9 Splendid breakfast included




On our second night in Santiago we were taken out to supper by one of Dido’s contacts at Sename (Chile’s National Youth Service – responsible for the protection of the legal rights of children and adolescents, among other things). He had helped Dido plan her trip from the UK and would be her main facilitator while we were in Chile. A warm and exuberant young man as I recall and, accompanied by his equally charming fiancee, he gave us a lovely night out on the town. This was to be the first of many enjoyable dining experiences throughout our long trip, highlighted by our host’s impromptu collaboration – on vocals and percussion – with a passing guitar-playing serenader. What the performance lacked in fine harmonies and tunefulness  it more than made up for with sheer gusto and enthusiasm…

4 Accompanying the serenade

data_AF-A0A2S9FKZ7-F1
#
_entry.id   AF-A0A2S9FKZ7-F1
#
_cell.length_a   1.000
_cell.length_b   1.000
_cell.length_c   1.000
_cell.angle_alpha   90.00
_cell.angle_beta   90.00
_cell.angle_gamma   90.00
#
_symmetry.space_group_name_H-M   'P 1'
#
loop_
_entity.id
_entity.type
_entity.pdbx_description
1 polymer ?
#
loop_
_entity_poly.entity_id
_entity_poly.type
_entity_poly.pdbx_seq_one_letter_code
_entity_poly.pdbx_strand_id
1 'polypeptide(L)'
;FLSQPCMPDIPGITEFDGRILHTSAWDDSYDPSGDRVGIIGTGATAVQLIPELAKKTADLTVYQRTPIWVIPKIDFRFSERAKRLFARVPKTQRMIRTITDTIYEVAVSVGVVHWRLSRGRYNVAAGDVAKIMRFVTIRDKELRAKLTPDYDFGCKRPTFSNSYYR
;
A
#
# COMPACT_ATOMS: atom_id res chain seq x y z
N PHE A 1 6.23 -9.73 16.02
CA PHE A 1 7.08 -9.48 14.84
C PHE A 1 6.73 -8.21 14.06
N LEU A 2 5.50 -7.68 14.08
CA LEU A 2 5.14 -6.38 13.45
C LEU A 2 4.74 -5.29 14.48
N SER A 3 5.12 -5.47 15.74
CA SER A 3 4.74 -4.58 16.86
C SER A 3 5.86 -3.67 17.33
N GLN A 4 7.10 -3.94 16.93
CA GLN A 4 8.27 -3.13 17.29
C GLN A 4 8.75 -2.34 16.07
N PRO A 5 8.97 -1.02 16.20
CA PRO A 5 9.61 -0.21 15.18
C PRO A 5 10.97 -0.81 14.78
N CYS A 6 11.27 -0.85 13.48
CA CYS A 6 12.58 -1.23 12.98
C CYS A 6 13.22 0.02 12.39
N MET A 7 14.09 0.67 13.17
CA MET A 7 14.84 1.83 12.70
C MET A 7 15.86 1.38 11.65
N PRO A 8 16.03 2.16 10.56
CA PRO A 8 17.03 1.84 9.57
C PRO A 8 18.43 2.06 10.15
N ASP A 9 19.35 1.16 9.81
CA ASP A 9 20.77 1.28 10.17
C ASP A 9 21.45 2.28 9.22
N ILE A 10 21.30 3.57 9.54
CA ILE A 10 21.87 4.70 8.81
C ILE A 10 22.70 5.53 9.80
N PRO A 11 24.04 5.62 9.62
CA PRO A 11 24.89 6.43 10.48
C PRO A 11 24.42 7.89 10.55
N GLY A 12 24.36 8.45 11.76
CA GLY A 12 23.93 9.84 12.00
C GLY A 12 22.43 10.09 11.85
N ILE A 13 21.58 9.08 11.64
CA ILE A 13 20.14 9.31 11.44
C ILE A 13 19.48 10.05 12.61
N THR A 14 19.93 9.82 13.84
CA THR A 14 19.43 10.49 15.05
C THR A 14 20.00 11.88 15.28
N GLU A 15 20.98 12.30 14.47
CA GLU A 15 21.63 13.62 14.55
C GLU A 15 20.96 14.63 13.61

The next day we went to the Sename HQ in Santiago for a meeting with our host of the previous evening. The two things to bear in mind at this point in the proceedings are that Dido’s Spanish was still embryonic and we were a young European couple entering a complex devoted to issues related to parent-less children. However, neither of these two key factors prepared us for what was about to happen when we found ourselves sitting in an office opposite a smiling, affable woman who we assumed was our friend’s secretary. We must have been sitting with this kindly lady for about five minutes exchanging what we thought were pleasantries – her in pigeon English and Dido in pigeon Spanish – when the office door finally opened. But, instead of seeing our friend, a grinning nurse (at least she was wearing a nurse-type uniform) walked in holding a bonny baby boy in her outstretched arms. Before we knew or understood the mix-up in progress, Dido found herself with said bonny baby boy sitting on her lap smiling expectantly into her eyes. Then, after a moment or two we realised that we had been misdirected to the adoptions section of the building instead of our contact’s admin’ office. Eventually, our friend appeared and cleared up the confusion. But, as we left her office, the lady, asked us if we wouldn’t like the baby in any case, even suggesting that we could pick him up at the end of our stay in Chile. She was serious…